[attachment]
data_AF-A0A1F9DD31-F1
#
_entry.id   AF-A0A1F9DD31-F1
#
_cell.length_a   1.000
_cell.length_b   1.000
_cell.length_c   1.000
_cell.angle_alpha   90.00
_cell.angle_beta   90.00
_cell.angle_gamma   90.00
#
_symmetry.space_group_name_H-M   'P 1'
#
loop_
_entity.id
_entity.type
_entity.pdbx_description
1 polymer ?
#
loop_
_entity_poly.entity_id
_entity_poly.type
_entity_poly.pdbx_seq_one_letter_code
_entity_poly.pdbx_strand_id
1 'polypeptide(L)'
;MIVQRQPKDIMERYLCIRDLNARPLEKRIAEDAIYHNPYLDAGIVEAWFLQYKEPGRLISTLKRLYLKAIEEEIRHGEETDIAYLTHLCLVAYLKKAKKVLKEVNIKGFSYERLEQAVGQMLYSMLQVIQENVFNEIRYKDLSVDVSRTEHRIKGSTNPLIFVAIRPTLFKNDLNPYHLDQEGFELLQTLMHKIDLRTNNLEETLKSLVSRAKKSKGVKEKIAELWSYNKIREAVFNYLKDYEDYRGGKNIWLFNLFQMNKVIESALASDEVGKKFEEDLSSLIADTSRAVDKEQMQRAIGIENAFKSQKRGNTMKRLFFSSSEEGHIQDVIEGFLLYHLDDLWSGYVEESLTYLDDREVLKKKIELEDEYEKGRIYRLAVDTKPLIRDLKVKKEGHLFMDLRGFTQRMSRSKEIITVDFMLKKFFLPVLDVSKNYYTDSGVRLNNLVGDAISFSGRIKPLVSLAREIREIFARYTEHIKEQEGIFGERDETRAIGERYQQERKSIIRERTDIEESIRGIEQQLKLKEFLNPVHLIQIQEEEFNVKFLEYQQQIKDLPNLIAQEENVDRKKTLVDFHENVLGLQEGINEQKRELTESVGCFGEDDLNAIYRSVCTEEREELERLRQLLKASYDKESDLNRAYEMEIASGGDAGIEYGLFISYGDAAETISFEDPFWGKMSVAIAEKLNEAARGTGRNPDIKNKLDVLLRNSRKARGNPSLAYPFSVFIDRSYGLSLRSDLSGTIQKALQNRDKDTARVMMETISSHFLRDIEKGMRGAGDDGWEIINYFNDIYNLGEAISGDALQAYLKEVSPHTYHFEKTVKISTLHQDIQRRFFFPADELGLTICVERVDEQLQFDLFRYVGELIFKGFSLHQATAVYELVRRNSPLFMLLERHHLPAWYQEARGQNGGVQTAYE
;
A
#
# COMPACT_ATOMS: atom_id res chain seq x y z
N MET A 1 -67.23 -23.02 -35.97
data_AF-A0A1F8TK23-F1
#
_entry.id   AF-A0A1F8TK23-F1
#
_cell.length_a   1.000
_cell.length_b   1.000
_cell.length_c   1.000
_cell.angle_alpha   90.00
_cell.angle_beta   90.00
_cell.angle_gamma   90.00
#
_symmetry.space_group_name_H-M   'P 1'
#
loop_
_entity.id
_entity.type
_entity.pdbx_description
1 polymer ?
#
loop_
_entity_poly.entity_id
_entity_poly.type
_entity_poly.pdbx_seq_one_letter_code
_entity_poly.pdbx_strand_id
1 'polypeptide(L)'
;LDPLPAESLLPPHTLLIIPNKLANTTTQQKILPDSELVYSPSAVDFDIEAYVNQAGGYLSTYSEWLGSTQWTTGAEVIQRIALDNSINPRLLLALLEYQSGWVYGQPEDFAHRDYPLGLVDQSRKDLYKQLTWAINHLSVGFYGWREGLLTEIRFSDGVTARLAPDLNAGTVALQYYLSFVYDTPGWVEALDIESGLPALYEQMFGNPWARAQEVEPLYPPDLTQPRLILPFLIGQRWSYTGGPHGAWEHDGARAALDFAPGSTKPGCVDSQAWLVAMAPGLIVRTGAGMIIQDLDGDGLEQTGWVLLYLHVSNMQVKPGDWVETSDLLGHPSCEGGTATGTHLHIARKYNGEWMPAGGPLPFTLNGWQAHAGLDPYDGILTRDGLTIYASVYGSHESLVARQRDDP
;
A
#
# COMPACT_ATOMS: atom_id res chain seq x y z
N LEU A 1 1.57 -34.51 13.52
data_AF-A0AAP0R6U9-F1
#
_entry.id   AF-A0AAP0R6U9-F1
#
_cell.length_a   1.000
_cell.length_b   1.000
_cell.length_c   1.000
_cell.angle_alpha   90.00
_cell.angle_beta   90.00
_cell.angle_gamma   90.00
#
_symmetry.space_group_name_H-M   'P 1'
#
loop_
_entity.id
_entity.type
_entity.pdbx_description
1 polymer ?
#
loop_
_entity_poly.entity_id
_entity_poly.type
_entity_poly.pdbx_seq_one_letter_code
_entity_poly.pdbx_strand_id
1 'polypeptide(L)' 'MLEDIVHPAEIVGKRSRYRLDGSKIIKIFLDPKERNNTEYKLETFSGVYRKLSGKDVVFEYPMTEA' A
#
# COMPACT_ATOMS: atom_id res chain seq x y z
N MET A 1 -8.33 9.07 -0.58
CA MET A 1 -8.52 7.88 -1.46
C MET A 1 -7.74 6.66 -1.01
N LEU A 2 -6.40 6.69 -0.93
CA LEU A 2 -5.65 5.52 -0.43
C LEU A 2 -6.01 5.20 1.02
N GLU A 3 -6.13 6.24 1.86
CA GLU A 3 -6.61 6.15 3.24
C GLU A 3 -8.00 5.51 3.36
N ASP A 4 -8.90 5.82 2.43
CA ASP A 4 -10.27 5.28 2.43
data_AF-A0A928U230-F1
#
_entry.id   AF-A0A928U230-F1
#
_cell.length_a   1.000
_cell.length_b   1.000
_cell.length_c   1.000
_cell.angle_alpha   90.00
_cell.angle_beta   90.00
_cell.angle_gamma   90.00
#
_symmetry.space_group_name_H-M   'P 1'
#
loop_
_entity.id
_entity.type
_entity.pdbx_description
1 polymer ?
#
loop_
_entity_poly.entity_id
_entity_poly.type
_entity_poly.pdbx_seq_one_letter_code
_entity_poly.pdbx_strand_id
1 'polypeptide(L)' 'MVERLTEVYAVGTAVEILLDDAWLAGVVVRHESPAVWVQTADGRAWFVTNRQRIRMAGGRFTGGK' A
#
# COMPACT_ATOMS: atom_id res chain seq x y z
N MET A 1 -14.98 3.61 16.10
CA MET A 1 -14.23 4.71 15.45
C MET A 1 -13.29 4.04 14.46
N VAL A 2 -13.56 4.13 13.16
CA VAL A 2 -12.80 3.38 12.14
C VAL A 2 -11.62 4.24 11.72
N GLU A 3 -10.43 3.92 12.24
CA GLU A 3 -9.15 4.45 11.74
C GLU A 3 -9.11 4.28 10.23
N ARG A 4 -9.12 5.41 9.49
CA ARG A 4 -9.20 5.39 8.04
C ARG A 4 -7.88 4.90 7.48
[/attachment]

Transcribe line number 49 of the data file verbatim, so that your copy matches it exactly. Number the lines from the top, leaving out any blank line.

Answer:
1 polymer ?